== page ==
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For Black motorists, traffic stops are often far from routine

Over the last three decades, Jay Pearson, a professor of public policy at Duke University, has endured more than 65 traffic stops.

The stops resulted in four tickets total, and he successfully contested two of them. Pearson, 55, is Black.

“The take home for me,” Pearson said, is the “stress response that it elicits and what it does to me deep down inside.”

When he was younger, he would feel “distressed” for weeks, or even months, after he interacted with the police. Nightmares haunted him. 

In the last decade, Pearson said, his distress has morphed into “passionate concern for what young men experience and the fact that, try as I might, there is little I can do to help prevent it.”

The killing of Tyre Nichols at the hands of Memphis police in January has again cast light on the often-tense interactions between officers and Black motorists during traffic stops.

Police officers stop over 50,000 drivers per day, Stanford University’s Open Policing Project found. In an average year in Durham, police make 26,648 traffic stops.

But perhaps the most important number is this: Last year, police killed 86 people nationwide after a traffic stop violation.

Most traffic stops end without incident, but as public scrutiny over police misconduct has mushroomed in recent years, they’ve taken on outsize significance because so many have ended in much-publicized controversial deaths. 

Among them: In 2015, a police officer in North Charleston, S.C., shot a fleeing Walter Scott in the back. The next year, a suburban Minneapolis officer shot and killed Philando Castile. Last April, it was Patrick Lyoya, shot in the head by an officer in Grand Rapids, Mich. And last June, in Akron, Ohio, it was 25-year-old Jayland Walker. Protests erupted after each killing.

(Overall, police killed 1,194 people in the U.S. last year, the highest total in the past decade.)

To pull over a driver, in most cases, a police officer must have “reasonable suspicion” that someone has committed a crime or violated the law. That violation may include anything from a busted taillight to a driver failing to signal before changing lanes. 

“[Traffic stops] provide the legal justification for a conversation and a mini investigation for any member of the public that the police wants to interview,” said Frank Baumgartner, a political scientist at the University of North Carolina at Chapel Hill and author of Suspect Citizen.  “They’re too tempting because everybody’s breaking the traffic code….It’s like God’s gift to the police, you know, the traffic code.”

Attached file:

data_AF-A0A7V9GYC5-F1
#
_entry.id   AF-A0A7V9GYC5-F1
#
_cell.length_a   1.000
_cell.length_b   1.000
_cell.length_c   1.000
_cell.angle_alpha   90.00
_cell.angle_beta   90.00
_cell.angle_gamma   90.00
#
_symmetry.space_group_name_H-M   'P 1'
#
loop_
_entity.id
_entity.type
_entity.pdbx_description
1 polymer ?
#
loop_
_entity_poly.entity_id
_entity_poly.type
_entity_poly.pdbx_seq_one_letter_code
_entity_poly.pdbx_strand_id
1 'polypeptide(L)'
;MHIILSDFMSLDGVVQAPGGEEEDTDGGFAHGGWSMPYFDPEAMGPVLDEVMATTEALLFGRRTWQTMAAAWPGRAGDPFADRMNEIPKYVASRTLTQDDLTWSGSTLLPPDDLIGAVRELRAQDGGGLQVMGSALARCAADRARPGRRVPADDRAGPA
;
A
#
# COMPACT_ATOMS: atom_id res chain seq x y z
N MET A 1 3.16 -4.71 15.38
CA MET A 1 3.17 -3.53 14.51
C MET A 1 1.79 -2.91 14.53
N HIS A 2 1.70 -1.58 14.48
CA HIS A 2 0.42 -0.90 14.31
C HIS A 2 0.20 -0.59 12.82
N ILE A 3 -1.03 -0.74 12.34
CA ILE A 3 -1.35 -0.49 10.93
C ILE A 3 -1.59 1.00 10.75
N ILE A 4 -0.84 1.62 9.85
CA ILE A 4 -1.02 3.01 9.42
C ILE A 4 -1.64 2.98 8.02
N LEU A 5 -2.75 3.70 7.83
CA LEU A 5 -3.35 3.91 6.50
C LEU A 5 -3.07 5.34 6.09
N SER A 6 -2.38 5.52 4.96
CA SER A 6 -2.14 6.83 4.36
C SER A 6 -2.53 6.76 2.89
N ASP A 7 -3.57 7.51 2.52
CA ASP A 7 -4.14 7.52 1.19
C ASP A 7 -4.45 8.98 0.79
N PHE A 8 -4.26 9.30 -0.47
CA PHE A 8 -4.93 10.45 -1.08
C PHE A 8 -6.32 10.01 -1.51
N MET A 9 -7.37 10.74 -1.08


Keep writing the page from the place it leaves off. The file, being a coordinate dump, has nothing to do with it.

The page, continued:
To search a vehicle, an officer needs probable cause. An officer might suspect the driver possesses contraband or drugs, or has a stolen vehicle. Most jurisdictions require verbal assent, but in 2014, Durham introduced a written consent form for vehicle searches. From 2014-2020, searches decreased by 95 percent, Baumgartner wrote in Suspect Citizen. According to the Durham Police Department General Orders Manual, officers can search property with probable cause and in “exigent circumstances.”

Black people make up over 60% of traffic stops conducted by the Durham Police Department each year, recent state data showed. From April 2022 to December, 81 percent of people stopped by Durham’s new Crime Area Target Team (CATT) were Black men, although Durham’s population is about 37 percent Black. Roughly 80 percent of CATT’s stops were for vehicular and equipment violations, although the unit was created to curb violent crime. 

Research from New York University and Stanford show that in the U.S., Black drivers “were about 20 percent more likely to be stopped than white drivers relative to their share of the residential population” and were searched “1.5 to 2 times as often as white drivers.”

The Fourteenth Amendment guarantees equal protection of all citizens under the law, and the Fourth Amendment promises protection from searches and seizures deemed “unreasonable.”

In other words, the Fourteenth Amendment is concerned with the “subjective motivations” of government actors, while the Fourth Amendment relies on facts and circumstances that lead officers to believe they should conduct searches, according to Ian Mance, a civil rights attorney at Emancipate NC, a non-profit that focuses on structural racism and mass incarceration.

“Lawyers sort of live in the gray area in between (the Fourth and Fourteenth Amendments),” Mance said.